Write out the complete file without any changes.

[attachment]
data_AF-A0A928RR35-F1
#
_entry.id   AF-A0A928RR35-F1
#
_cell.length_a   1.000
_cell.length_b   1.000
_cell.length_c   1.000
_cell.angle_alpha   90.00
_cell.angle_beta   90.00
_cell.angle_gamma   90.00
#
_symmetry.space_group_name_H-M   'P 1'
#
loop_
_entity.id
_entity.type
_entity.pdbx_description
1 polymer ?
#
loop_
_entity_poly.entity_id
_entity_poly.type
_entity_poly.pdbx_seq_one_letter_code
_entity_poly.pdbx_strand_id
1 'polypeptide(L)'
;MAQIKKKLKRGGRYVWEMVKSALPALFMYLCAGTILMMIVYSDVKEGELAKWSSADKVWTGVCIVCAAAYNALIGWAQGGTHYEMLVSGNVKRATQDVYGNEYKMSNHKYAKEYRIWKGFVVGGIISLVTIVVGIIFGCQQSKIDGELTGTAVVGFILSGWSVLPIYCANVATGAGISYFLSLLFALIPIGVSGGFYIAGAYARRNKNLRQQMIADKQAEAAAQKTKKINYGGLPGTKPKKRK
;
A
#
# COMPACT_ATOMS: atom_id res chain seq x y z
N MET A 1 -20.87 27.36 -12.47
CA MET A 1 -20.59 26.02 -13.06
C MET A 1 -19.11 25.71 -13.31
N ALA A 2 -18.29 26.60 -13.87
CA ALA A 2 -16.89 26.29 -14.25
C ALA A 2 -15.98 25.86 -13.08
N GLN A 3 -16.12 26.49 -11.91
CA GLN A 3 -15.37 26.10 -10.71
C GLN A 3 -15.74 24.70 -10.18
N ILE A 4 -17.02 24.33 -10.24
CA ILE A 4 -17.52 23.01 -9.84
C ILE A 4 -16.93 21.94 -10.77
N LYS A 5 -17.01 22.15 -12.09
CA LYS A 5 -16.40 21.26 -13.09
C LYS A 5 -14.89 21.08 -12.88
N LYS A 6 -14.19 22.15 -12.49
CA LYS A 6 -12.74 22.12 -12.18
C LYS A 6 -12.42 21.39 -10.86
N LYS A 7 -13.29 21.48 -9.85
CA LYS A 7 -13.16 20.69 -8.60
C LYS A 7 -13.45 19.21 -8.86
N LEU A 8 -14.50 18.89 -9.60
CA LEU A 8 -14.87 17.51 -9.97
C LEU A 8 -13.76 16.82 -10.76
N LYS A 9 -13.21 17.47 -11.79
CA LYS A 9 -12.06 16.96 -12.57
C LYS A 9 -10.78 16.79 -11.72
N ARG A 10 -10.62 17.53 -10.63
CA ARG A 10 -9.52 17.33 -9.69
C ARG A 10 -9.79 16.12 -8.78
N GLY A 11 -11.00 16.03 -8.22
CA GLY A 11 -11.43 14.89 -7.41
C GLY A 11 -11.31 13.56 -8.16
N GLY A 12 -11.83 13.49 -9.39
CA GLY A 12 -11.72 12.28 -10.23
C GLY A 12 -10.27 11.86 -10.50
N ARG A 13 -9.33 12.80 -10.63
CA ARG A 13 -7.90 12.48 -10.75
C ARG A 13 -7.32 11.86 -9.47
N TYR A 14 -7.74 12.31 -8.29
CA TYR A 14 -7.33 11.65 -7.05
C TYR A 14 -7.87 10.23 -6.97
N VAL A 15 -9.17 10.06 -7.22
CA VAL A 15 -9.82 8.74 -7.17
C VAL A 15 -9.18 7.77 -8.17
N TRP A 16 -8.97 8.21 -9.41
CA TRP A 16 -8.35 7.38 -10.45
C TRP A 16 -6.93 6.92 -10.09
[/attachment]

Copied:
data_AF-A0A928RR35-F1
#
_entry.id   AF-A0A928RR35-F1
#
_cell.length_a   1.000
_cell.length_b   1.000
_cell.length_c   1.000
_cell.angle_alpha   90.00
_cell.angle_beta   90.00
_cell.angle_gamma   90.00
#
_symmetry.space_group_name_H-M   'P 1'
#
loop_
_entity.id
_entity.type
_entity.pdbx_description
1 polymer ?
#
loop_
_entity_poly.entity_id
_entity_poly.type
_entity_poly.pdbx_seq_one_letter_code
_entity_poly.pdbx_strand_id
1 'polypeptide(L)'
;MAQIKKKLKRGGRYVWEMVKSALPALFMYLCAGTILMMIVYSDVKEGELAKWSSADKVWTGVCIVCAAAYNALIGWAQGGTHYEMLVSGNVKRATQDVYGNEYKMSNHKYAKEYRIWKGFVVGGIISLVTIVVGIIFGCQQSKIDGELTGTAVVGFILSGWSVLPIYCANVATGAGISYFLSLLFALIPIGVSGGFYIAGAYARRNKNLRQQMIADKQAEAAAQKTKKINYGGLPGTKPKKRK
;
A
#
# COMPACT_ATOMS: atom_id res chain seq x y z
N MET A 1 -20.87 27.36 -12.47
CA MET A 1 -20.59 26.02 -13.06
C MET A 1 -19.11 25.71 -13.31
N ALA A 2 -18.29 26.60 -13.87
CA ALA A 2 -16.89 26.29 -14.25
C ALA A 2 -15.98 25.86 -13.08
N GLN A 3 -16.12 26.49 -11.91
CA GLN A 3 -15.37 26.10 -10.71
C GLN A 3 -15.74 24.70 -10.18
N ILE A 4 -17.02 24.33 -10.24
CA ILE A 4 -17.52 23.01 -9.84
C ILE A 4 -16.93 21.94 -10.77
N LYS A 5 -17.01 22.15 -12.09
CA LYS A 5 -16.40 21.26 -13.09
C LYS A 5 -14.89 21.08 -12.88
N LYS A 6 -14.19 22.15 -12.49
CA LYS A 6 -12.74 22.12 -12.18
C LYS A 6 -12.42 21.39 -10.86
N LYS A 7 -13.29 21.48 -9.85
CA LYS A 7 -13.16 20.69 -8.60
C LYS A 7 -13.45 19.21 -8.86
N LEU A 8 -14.50 18.89 -9.60
CA LEU A 8 -14.87 17.51 -9.97
C LEU A 8 -13.76 16.82 -10.76
N LYS A 9 -13.21 17.47 -11.79
CA LYS A 9 -12.06 16.96 -12.57
C LYS A 9 -10.78 16.79 -11.72
N ARG A 10 -10.62 17.53 -10.63
CA ARG A 10 -9.52 17.33 -9.69
C ARG A 10 -9.79 16.12 -8.78
N GLY A 11 -11.00 16.03 -8.22
CA GLY A 11 -11.43 14.89 -7.41
C GLY A 11 -11.31 13.56 -8.16
N GLY A 12 -11.83 13.49 -9.39
CA GLY A 12 -11.72 12.28 -10.23
C GLY A 12 -10.27 11.86 -10.50
N ARG A 13 -9.33 12.80 -10.63
CA ARG A 13 -7.90 12.48 -10.75
C ARG A 13 -7.32 11.86 -9.47
N TYR A 14 -7.74 12.31 -8.29
CA TYR A 14 -7.33 11.65 -7.05
C TYR A 14 -7.87 10.23 -6.97
N VAL A 15 -9.17 10.06 -7.22
CA VAL A 15 -9.82 8.74 -7.17
C VAL A 15 -9.18 7.77 -8.17
N TRP A 16 -8.97 8.21 -9.41
CA TRP A 16 -8.35 7.38 -10.45
C TRP A 16 -6.93 6.92 -10.09